We then cut to a selection of Batman’s classic adversaries where we find out that the Crime Syndicate have broken in to every super prison on Earth and have released the most dangerous criminals. Scarecrow hands out a communication device to each of the villains, saying that they are all invited to join The Secret Society. They accept, as do most of the DC Universe villains, and we jump to Happy Harbor and the wreckage of the Justice League Watchtower where all the villains have gathered, surrounding the Crime Syndicate. The villains are chatting amongst themselves before the Syndicate hurl out iconic pieces of the Leagues’ uniforms, including Aquaman’s trident and Superman’s cape, all of which get fought over by the crowd.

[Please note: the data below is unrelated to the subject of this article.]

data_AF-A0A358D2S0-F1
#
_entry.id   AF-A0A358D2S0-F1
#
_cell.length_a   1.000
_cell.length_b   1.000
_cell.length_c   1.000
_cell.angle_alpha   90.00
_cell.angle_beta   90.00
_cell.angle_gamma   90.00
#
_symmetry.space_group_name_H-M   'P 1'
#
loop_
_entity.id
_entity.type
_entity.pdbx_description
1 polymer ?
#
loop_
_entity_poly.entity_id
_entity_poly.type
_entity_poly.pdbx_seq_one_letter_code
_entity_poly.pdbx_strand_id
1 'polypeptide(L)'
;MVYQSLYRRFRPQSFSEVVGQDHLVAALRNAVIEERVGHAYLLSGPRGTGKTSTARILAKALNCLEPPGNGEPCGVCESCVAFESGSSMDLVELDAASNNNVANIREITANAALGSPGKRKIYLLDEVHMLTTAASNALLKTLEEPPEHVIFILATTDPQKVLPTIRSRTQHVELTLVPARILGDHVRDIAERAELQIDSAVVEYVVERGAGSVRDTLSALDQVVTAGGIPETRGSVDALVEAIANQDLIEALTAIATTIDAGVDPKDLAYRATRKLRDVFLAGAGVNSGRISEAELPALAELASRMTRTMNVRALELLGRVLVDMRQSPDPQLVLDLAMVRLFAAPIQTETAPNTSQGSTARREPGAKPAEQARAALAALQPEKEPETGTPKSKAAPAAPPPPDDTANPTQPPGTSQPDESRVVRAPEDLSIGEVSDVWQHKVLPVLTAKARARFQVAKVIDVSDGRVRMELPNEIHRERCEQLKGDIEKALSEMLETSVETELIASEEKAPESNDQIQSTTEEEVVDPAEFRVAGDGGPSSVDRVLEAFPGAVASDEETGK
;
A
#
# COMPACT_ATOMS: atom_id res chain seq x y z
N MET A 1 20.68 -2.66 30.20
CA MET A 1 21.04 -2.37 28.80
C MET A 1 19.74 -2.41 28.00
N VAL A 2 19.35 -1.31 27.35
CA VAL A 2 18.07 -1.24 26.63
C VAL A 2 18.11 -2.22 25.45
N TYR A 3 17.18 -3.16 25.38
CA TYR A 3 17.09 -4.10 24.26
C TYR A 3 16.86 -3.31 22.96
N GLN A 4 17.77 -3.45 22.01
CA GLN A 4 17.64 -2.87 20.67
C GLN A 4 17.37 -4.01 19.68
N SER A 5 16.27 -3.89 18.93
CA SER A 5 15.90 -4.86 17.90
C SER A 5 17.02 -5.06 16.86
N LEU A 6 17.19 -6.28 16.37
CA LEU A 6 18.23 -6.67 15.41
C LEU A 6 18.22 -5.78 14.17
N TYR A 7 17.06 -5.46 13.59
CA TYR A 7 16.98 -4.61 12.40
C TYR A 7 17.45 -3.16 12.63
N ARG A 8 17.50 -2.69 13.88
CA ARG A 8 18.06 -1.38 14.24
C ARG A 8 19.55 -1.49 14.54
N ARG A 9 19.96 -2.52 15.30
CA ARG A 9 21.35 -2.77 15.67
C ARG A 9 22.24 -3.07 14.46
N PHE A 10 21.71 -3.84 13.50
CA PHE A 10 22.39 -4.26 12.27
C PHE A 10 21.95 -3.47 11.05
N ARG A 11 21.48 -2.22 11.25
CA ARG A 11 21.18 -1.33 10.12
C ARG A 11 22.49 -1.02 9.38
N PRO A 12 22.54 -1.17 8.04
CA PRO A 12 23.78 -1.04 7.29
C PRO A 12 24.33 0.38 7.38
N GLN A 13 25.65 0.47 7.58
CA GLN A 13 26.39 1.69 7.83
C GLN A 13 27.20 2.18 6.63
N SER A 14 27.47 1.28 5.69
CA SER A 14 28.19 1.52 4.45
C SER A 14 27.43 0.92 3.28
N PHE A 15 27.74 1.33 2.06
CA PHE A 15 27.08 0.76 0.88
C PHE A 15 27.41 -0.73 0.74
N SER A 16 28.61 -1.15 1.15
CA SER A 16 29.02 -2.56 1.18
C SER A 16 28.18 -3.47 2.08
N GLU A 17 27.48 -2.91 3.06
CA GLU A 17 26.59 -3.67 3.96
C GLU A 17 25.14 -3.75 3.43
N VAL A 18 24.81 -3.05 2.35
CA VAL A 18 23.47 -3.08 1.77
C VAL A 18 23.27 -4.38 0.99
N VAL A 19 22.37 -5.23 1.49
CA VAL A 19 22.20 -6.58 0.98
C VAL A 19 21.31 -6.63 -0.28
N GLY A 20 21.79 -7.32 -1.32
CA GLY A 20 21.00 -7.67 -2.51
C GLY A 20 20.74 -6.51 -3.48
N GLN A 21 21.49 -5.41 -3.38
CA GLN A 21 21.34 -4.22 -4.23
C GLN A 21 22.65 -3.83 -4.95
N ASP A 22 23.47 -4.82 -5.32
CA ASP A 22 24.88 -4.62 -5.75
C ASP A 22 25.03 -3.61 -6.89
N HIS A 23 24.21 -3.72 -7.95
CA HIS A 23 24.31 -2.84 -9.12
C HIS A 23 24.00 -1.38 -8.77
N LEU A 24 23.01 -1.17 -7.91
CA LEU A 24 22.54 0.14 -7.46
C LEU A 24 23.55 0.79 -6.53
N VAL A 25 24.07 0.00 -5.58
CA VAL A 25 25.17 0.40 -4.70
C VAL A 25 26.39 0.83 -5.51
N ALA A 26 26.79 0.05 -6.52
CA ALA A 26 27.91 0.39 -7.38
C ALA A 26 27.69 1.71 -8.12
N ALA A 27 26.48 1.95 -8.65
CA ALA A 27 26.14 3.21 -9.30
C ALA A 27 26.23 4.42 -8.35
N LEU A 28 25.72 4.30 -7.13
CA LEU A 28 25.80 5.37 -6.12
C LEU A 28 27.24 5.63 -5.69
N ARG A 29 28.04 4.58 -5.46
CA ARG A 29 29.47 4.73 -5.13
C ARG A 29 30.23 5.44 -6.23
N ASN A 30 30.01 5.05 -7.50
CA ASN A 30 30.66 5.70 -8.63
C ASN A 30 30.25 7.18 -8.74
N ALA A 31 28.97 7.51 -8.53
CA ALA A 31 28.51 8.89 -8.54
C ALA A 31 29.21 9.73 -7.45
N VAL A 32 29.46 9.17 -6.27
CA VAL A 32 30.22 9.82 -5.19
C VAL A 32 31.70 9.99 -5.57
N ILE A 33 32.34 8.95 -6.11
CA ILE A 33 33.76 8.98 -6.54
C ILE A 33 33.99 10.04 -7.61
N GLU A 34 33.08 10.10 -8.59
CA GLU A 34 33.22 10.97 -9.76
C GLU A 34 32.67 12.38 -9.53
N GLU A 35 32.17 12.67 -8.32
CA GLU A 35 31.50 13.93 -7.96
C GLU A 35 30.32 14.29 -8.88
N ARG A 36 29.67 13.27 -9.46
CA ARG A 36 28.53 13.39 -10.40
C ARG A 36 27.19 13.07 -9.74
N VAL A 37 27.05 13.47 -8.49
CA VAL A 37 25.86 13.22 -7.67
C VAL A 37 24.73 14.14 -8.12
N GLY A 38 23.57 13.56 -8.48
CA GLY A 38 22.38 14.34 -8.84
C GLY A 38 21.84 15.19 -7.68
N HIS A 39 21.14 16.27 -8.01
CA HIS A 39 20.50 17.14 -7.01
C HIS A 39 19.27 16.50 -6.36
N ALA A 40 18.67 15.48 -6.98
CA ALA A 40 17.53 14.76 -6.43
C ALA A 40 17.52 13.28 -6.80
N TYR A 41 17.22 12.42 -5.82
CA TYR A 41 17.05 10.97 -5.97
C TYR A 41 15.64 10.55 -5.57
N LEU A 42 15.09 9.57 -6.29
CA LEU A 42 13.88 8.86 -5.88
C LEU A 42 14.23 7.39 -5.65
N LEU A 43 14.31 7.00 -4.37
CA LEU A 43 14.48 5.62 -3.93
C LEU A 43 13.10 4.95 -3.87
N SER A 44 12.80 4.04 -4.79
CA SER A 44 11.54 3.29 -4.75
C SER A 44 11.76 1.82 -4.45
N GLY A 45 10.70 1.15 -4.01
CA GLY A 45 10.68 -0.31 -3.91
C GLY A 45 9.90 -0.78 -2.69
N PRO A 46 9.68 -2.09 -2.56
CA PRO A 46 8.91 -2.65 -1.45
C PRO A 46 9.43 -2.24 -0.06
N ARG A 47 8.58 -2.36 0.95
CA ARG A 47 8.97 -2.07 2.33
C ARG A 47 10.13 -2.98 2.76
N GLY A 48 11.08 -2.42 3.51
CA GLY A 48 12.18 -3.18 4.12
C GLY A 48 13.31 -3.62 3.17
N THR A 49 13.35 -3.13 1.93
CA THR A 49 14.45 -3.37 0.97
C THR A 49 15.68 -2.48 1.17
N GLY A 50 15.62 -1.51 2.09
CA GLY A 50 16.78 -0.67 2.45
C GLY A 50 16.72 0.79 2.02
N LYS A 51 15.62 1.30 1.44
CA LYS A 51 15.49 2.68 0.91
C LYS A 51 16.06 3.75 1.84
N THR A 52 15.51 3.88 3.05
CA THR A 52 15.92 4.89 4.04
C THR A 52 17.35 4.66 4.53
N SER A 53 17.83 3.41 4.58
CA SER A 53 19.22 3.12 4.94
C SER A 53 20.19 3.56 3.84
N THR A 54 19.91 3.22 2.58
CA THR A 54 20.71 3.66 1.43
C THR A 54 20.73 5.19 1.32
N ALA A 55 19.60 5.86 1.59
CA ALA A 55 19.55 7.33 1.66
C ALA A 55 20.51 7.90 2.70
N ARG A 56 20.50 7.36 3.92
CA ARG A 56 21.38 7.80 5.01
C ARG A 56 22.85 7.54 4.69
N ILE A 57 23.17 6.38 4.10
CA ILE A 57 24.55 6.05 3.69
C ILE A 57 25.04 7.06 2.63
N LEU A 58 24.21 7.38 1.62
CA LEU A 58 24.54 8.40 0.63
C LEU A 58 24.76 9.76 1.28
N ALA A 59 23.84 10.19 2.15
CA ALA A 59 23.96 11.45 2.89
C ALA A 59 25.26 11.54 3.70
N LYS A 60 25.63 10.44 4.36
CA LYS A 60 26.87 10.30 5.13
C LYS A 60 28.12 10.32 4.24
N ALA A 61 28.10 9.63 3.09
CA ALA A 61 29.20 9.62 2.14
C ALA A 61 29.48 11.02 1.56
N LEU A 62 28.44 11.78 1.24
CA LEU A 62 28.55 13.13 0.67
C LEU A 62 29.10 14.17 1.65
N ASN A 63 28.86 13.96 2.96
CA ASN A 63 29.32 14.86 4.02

With this, the Crime Syndicate announce themselves to the villains and the world as Grid broadcasts their message. They declare that they are from another world where they ruled, but after the inhabitants of that earth began to revolt, they destroyed the planet and have come to this Earth to take over a new world. One villain, Monocle, vocalises his scepticism. His doubt is met with Ultraman’s heated stare and his head explodes. Ultraman claims that the Justice League is dead and the world belongs to the Crime Syndicate, all those who pledge their allegiance will rule with them, all those who oppose will face the consequences. With this, Superwoman hauls up Nightwing and they publicly unmask him, revealing his identity to the world as Dick Grayson! And the world replies… “who?”. They claim that Dick Grayson has many places he calls home, and that all of those will be exploited, and everyone he is close to will be destroyed.